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Gift and Hospitality

0 votes
The Chairman has taken lots of flights in a light aircraft for the benefit of requesting enforcement. I can only go back 5 years however it seems he has never once declared the hospitality or gift. The pilot has been the wife of the vice chairman taking off and landing in the parish. Should it be declared as it seems a expensive treat?
by (140 points)

2 Answers

0 votes
I think we need some more information here.  Is this directly in connection with his role as Chair or in connection with his council role?  If so, then yes it should be declared but otherwise, probably not.
by (5.0k points)
His role as parish chairman
0 votes
How did the flights benefit requesting enforcement?
by (41.0k points)
He regularly takes pictures to send to enforcement officers
Are we talking about planning issues then?  Have the photographs led to action being taken by other authorities?
Possible breach of planning it’s ongoing
Its an interesting point as it sounds as if the flight is arranged to facilitate council work but provided FOC?  Not sure it qualifies as a "gift or hospitality".  I get a lift to council meetings, training events, etc. sometimes and don't count that as a "gift or hospitality".  Maybe I should!
Yep, that's where I was going with this one. If the vice-chair gave the chair a lift in a car to facilitate council work, it wouldn't be deemed a gift or hospitality. How lovely to have the option of a light aircraft!
It’s the wife of the vice chair taking him up. I can only see it as a gift or hospitality. Somewhere in the region of 20 times in the past 5 years seems very serious breach of guidelines to me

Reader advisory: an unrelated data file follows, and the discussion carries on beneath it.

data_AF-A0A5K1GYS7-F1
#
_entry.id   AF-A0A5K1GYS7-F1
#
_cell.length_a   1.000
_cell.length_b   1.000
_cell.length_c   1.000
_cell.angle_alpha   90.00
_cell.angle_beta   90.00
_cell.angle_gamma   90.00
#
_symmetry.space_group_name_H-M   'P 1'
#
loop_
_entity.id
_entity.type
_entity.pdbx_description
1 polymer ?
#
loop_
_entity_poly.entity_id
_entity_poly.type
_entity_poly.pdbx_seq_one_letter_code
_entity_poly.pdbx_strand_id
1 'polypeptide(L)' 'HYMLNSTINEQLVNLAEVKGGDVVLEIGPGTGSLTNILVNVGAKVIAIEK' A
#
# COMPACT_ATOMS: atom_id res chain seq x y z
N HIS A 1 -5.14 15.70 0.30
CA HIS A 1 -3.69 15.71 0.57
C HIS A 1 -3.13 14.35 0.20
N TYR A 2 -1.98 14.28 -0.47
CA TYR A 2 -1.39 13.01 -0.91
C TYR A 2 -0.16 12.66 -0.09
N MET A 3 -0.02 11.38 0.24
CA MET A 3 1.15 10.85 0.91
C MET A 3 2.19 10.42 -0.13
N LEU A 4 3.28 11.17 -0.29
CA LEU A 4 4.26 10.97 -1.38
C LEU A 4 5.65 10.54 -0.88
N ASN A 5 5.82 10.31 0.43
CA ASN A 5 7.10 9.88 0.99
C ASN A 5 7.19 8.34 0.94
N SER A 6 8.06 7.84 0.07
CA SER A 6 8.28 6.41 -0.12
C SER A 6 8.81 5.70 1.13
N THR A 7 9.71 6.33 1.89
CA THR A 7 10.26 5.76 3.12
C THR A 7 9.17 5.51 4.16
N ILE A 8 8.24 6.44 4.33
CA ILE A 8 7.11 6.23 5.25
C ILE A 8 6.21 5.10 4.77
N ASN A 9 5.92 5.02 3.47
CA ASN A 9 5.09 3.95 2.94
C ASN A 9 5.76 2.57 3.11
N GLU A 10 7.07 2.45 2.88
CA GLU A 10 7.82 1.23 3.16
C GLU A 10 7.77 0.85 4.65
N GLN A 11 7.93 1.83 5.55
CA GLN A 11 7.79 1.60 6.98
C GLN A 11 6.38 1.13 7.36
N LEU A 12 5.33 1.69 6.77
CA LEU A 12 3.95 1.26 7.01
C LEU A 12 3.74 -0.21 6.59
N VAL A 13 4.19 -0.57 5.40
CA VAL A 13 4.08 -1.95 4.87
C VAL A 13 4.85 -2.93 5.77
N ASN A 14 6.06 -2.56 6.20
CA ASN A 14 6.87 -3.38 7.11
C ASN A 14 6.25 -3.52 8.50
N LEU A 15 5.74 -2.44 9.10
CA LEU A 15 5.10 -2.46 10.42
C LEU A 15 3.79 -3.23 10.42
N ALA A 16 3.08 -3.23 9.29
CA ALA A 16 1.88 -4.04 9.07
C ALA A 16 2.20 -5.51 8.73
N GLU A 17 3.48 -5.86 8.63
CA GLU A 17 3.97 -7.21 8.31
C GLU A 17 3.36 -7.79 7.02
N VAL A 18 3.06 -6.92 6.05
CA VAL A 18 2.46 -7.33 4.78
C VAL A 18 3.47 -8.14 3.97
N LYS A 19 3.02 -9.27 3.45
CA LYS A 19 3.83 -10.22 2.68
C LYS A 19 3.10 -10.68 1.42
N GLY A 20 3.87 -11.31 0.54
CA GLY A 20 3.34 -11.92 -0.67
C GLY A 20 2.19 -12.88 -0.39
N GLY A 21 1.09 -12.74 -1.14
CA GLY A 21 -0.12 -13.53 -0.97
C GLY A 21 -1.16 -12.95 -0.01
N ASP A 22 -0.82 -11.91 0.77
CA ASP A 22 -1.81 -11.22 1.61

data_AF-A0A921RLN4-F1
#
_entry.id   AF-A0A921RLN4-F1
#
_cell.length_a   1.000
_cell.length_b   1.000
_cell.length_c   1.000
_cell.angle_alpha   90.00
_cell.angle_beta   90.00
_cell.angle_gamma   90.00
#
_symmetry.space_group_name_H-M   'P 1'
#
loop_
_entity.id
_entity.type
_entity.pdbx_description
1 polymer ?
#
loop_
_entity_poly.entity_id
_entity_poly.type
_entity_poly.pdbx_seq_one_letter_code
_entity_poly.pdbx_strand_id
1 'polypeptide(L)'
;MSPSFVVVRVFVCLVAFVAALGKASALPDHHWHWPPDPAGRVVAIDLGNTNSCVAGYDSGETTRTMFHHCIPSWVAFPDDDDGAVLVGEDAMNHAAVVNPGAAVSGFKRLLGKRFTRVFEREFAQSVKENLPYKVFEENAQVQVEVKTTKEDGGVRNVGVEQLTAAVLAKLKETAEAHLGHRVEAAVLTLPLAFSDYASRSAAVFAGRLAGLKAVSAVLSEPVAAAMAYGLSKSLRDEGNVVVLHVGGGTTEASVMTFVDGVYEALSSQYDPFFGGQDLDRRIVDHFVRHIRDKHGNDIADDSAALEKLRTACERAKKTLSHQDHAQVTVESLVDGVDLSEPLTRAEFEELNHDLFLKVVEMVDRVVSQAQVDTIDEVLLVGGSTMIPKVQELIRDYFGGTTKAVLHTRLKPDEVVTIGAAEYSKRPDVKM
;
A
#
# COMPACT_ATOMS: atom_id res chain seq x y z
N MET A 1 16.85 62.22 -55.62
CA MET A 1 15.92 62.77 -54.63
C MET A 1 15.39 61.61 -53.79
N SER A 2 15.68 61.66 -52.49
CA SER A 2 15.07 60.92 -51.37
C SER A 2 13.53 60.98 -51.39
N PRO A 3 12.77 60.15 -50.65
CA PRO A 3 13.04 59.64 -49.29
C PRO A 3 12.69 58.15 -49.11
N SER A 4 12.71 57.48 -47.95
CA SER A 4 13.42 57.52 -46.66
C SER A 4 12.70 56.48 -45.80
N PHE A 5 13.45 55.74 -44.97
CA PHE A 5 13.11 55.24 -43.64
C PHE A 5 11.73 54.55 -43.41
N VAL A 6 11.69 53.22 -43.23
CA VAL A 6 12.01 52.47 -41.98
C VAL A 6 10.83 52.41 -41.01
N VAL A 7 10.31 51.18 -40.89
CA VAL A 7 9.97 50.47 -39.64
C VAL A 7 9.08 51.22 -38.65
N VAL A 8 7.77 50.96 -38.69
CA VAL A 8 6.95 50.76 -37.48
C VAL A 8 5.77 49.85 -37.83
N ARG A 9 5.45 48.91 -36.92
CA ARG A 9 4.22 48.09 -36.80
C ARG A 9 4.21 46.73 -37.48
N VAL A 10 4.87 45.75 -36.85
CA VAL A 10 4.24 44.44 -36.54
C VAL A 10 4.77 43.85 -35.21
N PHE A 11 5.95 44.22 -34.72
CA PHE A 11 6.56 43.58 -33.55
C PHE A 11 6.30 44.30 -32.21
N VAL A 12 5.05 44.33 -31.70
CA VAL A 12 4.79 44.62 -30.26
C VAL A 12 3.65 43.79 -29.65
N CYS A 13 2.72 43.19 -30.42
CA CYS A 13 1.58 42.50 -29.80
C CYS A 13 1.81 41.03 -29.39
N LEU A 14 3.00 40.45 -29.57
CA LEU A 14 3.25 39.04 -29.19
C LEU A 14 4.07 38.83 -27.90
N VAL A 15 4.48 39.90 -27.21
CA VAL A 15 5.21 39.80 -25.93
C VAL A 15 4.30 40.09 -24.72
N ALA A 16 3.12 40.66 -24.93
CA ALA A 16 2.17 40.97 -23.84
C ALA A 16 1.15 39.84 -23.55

I'd only see it as a gift or hospitality if he got some personal gain from it which is directly related to his council role.  I think the legislation is aimed at situations whereby a resident/business etc. "rewards" a councillor which might be seen as a monetary (or equivalent) inducement to vote in a certain way.  It usually arises if a councillor receives a christmas box/gift solely as a result of being a councillor (very difficult to prove in any event) and I've had experience where the local High Sheriff gave a drinks party to parish council chairs and I recall a debate about how much the buffet cost the High Sheriff but not in connection with a lift (albeit airborne) to undertake council work.
The fact that one person is the current chairman of the council and the other is the wife of the current vice-chairman of the council is of no consequence. When not acting in an official capacity, members of councils enjoy the same freedoms as all other citizens. If the chairman is acting in an official capacity, a public-spirited member of the public is assisting him in the performance of his duties, at their own expense presumably. Any perceived benefit is to the community, not to the individual.

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